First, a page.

On citizenship bill, Congress says it may ask for changes
Tewari’s statement came after he along with other Congress lawmakers Anand Sharma, Adhir Ranjan Chowdhury, and Jairam Ramesh studied the draft bill at a meeting in Delhi on Saturday.Updated: Dec 08, 2019 06:12 IST
The Congress on Saturday announced that it will oppose the Citizenship (Amendment) Bill (CAB) and might seek changes to the proposed legislation, which seeks to give Indian citizenship to Hindus, Sikhs, Buddhists, Jains, Parsis, and Christians if they entered India from Pakistan, Bangladesh, and Afghanistan on or before December 31, 2014.
“We oppose the bill as it stands constituted in the present form. We are for holistic, comprehensive and inclusive legislation on the question of refugees and illegal immigrants,” Congress leader Manish Tewari said.
Tewari’s statement came after he along with other Congress lawmakers Anand Sharma, Adhir Ranjan Chowdhury, and Jairam Ramesh studied the draft bill at a meeting in Delhi on Saturday.
The Congress had last week said that it will formulate its stand on the issue after going through the draft of the bill.
The meeting followed the circulation on Friday of copies of the CAB, which is expected to be tabled in Parliament next week.
Opposition parties have called the bill divisive, saying it links citizenship to religion and therefore violates the Constitution. The Union Cabinet on Wednesday cleared the draft legislation, which seeks to amend the Citizenship Act of 1955.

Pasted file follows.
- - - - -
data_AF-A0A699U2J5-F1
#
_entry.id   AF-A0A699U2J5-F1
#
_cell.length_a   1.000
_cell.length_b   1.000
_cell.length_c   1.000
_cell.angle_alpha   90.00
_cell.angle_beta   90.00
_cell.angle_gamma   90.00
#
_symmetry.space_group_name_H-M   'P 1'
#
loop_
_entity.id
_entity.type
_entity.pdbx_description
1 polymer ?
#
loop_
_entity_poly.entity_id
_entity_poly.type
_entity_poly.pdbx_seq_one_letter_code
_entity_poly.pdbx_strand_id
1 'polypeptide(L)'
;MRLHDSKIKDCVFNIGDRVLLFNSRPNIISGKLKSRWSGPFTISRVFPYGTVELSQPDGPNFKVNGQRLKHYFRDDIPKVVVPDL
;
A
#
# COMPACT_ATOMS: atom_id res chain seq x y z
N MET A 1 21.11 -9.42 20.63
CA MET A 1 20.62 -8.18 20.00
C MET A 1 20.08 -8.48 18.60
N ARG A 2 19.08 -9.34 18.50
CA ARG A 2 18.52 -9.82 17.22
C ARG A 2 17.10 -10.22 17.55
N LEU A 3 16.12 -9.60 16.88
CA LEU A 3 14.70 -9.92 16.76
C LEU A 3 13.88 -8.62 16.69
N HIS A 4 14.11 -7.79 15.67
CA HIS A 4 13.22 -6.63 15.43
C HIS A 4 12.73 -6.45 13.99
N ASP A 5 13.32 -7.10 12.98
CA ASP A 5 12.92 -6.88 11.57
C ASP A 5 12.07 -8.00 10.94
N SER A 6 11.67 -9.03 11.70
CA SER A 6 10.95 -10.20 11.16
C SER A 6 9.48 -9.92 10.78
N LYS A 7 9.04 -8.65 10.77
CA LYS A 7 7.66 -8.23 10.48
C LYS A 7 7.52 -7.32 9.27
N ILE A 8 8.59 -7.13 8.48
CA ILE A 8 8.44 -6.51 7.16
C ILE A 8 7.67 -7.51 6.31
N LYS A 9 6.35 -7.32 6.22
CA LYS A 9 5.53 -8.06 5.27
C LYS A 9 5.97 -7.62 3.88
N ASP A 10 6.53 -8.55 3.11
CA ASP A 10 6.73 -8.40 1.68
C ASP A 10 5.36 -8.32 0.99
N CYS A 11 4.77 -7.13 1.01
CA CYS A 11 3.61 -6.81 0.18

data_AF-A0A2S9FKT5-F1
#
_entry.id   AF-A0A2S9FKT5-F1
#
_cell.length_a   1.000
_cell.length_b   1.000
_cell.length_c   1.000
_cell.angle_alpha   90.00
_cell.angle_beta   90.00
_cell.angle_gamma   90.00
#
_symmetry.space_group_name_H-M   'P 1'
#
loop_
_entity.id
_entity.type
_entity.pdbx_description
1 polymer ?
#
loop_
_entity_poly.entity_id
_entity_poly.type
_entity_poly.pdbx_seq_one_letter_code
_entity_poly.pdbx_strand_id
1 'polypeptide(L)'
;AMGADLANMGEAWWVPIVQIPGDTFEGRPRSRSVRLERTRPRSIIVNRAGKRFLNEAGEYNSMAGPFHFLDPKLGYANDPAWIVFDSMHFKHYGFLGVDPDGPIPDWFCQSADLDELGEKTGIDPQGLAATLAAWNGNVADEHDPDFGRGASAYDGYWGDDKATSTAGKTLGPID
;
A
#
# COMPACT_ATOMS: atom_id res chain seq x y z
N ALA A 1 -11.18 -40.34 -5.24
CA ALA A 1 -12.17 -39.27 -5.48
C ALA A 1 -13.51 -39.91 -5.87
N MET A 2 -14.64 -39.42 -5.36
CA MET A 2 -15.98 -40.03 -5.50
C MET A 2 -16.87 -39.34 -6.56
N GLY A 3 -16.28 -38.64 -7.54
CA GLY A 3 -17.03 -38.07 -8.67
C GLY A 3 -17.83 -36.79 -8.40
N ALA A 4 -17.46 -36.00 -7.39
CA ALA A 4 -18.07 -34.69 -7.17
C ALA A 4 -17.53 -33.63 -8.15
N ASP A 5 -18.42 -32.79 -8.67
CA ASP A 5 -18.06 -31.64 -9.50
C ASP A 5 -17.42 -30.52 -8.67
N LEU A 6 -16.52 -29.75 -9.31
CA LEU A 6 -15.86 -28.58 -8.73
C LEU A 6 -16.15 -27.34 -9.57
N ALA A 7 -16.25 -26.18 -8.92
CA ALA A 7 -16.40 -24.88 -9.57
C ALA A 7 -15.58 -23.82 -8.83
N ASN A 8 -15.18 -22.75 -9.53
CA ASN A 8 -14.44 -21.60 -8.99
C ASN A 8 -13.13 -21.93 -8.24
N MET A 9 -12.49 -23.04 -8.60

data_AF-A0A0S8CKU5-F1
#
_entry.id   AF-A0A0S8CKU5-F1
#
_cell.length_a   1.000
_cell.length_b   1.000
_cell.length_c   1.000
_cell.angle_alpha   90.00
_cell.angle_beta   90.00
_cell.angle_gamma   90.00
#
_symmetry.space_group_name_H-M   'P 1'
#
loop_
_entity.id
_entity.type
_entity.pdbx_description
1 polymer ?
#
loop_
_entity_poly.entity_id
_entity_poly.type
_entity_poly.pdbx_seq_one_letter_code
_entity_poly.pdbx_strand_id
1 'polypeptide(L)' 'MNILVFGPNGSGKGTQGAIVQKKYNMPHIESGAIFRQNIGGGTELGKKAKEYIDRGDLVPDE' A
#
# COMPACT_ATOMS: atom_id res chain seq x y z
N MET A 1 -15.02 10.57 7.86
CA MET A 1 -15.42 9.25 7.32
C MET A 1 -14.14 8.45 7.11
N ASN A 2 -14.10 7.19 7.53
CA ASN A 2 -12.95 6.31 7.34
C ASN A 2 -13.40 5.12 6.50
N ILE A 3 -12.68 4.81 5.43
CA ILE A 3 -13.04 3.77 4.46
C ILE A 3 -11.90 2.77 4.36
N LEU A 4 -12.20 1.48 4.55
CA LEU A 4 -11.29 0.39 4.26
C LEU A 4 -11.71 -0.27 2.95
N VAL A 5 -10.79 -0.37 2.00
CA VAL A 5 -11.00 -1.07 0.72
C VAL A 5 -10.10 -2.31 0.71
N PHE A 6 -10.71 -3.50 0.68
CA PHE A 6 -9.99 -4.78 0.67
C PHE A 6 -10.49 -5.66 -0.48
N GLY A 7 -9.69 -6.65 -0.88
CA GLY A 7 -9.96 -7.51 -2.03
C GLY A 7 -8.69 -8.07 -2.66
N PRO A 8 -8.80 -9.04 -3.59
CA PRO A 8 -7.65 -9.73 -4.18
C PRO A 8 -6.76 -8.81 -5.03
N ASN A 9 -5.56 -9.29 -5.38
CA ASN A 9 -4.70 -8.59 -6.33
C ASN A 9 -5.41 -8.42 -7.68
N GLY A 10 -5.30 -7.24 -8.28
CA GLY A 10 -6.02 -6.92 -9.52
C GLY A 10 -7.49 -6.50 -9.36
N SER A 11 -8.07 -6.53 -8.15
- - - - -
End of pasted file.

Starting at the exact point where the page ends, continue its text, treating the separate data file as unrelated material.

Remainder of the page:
Another Congress leader said that the party’s moves in Parliament would depend on how the debate on the CAB plays out there. “One such move could be moving amendments to the bill,” he added on condition of anonymity.
Congress leader Shashi Tharoor last week said that the bill undermines the fundamental tenets of the Constitution. “I think the bill is fundamentally unconstitutional because the basic idea of India has been violated in the bill. Those who believe that religion should determine nationhood... that was the idea of Pakistan, they created Pakistan. We have always argued that our idea of the nation was what Mahatma Gandhi, [Jawaharlal] Nehruji, Maulana Azad, Dr B R Ambedkar had said, that religion cannot determine nationhood,” he said.
“Ours is a country for everybody and everybody, irrespective of religion, has equal rights in this country, and the Constitution that they wrote reflected that. Today, this bill undermines this fundamental tenet of the Constitution.”
A six-member Congress team last month visited the northeastern states for a ground assessment on the issues of the CAB and the National Register of Citizens (NRC) and submitted its report to party president Sonia Gandhi.
Around two million people in Assam were excluded when the NRC was published in July as part of an exercise to identify and deport undocumented immigrants.
In its report, the team said that all its state units were opposed to the CAB, arguing that it would destabilise the decades-old multi-ethnic, mixed-religion and multilingual society existing in the northeastern states.
The Congress is also expected to discuss the issue with leaders of the like-minded parties to put up a joint opposition front in Parliament, according to people aware of the developments.